An Eisenhower Foundation evaluation of the first year of the program showed that Clemente students who received Project Prepare's comprehensive services improved their job-readiness skills and attendance rates and stayed in high school longer than comparison students. These differences were statistically significant. Dropout rates at Clemente for Project Prepare students were 13 percent lower than for comparison students. As a result, Youth Guidance has replicated Project Prepare in other locations.

Any program such as this, which reduces drop out rates, also is significant because of the powerful link between school failure and criminal behavior that has been found in many studies. Project Prepare also holds promise because most other attempts to blend high school and job training have been unsuccessful in the U.S.

By contrast, Germany probably has the most advanced model in the world for vocational training and apprenticeship. In Germany, approximately two-thirds of the country's students participate in a formal apprenticeship program. It offers training in 375 occupations. A social compact promises a job when they are finished. German students not planning to attend college usually choose their occupation as young as age 14. The dual system of work and study forms the core of career training in Germany. However, this formula seems to be somewhat inappropriate for American values. Here, the education system has long considered early tracking of young people to be a form of class oppression that consigns them to working class lives at an early age. General education is seen as a requirement of American democratic society. The approach of Project Prepare appears to better combine democratic principles with job training and opportunity.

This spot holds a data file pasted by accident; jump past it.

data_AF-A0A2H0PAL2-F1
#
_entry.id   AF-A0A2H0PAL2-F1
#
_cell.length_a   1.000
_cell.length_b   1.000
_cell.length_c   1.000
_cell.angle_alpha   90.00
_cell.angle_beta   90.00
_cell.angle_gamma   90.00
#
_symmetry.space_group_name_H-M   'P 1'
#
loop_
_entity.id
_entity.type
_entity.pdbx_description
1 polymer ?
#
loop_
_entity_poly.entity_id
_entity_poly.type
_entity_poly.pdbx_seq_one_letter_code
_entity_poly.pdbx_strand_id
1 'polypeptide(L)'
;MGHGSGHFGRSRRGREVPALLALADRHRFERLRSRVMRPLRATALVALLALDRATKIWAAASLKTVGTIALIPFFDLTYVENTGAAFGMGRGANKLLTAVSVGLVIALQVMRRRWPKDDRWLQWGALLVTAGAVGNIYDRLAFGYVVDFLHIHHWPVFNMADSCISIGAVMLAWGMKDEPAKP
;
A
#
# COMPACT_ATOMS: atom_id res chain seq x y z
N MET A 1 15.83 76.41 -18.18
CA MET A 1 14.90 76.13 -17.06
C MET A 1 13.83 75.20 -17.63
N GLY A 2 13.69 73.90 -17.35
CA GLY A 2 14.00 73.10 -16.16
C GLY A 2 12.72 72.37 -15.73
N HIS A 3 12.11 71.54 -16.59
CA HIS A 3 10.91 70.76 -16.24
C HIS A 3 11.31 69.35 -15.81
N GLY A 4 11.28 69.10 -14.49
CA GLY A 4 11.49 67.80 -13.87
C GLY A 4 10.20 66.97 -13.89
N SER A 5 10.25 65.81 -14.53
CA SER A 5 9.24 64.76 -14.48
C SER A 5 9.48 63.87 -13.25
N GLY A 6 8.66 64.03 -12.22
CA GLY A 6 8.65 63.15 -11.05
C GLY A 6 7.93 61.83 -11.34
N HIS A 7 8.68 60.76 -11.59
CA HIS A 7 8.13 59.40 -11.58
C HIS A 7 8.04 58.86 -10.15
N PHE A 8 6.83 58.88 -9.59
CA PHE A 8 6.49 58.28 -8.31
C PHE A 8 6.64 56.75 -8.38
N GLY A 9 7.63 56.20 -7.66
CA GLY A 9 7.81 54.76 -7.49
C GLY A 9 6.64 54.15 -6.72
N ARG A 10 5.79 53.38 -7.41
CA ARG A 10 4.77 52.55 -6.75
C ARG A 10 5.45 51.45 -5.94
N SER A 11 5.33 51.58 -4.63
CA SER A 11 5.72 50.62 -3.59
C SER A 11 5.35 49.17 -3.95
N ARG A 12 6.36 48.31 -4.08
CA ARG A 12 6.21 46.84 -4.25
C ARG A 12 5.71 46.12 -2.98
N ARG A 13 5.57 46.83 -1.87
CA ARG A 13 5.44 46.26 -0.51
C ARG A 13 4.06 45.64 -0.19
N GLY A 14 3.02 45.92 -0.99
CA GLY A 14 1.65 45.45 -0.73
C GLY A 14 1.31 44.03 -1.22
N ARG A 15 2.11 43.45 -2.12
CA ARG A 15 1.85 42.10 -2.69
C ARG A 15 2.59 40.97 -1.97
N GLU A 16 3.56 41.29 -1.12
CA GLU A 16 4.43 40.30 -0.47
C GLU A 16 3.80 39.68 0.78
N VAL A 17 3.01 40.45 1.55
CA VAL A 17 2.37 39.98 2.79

Investing in Public Schools

The principles and models that do work -- like meaningful family participation, smaller schools and full service community schools -- are ready for more replication, and require increased investments in our urban public school systems.